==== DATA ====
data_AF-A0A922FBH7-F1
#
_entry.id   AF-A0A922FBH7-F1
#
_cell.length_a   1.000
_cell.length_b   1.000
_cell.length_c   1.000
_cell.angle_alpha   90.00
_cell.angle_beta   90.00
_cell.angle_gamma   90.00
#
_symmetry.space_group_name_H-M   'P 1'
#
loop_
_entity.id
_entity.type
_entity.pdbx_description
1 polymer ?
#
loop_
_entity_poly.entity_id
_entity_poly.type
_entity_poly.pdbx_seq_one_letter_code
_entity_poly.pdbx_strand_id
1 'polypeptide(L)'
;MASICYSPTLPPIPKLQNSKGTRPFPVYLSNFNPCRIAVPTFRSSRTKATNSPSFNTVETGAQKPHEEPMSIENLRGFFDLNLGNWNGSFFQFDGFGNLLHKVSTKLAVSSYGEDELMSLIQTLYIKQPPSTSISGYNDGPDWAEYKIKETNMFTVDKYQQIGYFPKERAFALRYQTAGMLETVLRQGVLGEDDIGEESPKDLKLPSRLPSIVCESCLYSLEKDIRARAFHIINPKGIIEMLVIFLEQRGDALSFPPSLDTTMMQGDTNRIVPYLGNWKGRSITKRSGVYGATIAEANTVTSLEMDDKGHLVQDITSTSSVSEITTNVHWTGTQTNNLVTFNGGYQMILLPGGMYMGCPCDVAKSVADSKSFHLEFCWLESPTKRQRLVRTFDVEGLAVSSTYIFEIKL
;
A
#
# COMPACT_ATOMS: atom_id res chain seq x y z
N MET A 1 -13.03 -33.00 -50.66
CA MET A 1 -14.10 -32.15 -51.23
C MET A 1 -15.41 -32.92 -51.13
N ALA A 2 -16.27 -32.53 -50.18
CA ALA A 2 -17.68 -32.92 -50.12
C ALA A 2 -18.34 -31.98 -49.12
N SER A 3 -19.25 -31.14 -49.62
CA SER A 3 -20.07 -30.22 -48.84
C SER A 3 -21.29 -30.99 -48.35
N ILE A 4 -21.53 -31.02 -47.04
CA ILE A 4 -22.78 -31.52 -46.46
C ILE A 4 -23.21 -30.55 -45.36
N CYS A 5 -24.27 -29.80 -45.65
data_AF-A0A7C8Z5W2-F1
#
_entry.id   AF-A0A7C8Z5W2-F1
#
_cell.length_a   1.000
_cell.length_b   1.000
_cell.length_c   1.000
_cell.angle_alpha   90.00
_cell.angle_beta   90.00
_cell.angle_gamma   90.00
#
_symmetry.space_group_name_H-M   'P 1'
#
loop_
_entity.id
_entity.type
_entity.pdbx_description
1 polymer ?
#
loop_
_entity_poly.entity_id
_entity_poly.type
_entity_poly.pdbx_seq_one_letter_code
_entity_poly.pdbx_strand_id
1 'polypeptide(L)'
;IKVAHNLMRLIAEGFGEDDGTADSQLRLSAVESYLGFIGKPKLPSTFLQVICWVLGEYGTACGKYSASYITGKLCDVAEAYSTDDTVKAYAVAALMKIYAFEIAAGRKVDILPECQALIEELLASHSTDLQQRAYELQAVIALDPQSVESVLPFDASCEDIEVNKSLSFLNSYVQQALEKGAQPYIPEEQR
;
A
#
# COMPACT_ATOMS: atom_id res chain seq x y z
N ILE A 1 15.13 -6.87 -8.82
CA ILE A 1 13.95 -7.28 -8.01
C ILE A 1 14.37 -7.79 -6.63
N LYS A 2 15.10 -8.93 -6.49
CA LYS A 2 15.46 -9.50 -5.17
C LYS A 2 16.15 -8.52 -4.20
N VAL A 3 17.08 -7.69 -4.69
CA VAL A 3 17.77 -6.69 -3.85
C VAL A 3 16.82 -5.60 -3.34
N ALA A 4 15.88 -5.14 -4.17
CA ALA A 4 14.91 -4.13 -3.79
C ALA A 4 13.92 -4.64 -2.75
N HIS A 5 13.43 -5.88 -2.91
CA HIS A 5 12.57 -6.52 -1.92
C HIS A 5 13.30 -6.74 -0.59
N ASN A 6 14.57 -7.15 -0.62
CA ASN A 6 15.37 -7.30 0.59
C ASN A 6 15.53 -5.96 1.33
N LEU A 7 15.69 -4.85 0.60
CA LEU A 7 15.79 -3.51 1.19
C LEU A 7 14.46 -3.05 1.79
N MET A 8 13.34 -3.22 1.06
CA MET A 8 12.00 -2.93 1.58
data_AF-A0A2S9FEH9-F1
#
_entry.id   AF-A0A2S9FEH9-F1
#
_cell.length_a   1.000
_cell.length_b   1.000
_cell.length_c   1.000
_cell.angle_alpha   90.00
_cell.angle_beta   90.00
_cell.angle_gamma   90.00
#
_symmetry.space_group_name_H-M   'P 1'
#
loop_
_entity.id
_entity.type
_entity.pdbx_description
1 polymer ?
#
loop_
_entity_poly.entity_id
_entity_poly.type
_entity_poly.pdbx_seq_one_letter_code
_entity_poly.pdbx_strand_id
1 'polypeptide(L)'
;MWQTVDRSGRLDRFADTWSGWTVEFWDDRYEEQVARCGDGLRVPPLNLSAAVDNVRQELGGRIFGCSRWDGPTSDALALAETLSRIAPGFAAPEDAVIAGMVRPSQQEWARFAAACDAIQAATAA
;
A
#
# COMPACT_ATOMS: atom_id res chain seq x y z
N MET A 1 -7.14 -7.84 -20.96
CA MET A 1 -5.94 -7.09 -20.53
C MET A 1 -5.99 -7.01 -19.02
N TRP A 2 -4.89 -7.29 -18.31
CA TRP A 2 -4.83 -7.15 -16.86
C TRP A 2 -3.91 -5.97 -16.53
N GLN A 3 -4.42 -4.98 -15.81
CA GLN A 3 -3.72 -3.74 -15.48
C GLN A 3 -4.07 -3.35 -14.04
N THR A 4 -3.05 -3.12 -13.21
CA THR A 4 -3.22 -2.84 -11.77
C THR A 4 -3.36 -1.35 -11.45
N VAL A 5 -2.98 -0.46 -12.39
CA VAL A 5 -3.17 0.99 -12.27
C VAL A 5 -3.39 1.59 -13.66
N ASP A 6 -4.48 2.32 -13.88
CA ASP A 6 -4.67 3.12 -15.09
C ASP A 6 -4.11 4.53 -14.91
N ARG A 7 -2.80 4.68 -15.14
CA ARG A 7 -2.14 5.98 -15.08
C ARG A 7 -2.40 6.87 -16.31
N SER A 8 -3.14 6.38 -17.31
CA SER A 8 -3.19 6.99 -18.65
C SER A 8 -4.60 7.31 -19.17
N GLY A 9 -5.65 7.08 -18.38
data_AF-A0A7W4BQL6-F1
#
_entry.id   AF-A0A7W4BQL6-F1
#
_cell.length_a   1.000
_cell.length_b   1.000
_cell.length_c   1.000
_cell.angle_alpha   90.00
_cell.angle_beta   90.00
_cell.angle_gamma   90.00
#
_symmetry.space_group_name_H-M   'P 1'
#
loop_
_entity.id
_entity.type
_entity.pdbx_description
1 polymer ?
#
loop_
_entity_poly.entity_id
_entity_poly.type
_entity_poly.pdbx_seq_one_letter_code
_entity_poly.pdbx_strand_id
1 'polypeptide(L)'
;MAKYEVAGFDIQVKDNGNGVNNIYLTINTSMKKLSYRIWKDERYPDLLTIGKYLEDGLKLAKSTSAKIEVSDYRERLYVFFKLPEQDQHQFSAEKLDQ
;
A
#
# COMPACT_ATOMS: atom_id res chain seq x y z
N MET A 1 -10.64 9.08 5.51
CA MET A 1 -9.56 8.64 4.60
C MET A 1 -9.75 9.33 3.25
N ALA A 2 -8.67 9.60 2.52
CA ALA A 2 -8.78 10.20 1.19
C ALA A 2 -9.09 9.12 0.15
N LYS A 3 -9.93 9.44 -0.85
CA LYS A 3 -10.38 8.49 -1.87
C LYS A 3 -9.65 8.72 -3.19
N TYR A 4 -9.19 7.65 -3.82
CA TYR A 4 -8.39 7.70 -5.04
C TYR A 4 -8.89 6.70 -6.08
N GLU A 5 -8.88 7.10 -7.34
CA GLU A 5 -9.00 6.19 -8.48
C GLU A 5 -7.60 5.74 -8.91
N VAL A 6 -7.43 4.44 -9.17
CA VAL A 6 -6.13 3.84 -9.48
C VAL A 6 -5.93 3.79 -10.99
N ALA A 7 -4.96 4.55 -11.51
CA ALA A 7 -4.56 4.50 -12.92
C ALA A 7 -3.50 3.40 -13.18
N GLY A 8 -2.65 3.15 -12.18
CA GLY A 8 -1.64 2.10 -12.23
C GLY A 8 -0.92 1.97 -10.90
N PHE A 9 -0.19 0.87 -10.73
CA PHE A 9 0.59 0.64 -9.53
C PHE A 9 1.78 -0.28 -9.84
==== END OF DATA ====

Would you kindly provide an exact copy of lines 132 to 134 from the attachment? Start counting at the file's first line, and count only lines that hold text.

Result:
C TRP A 2 -3.91 -5.97 -16.53
N GLN A 3 -4.42 -4.98 -15.81
CA GLN A 3 -3.72 -3.74 -15.48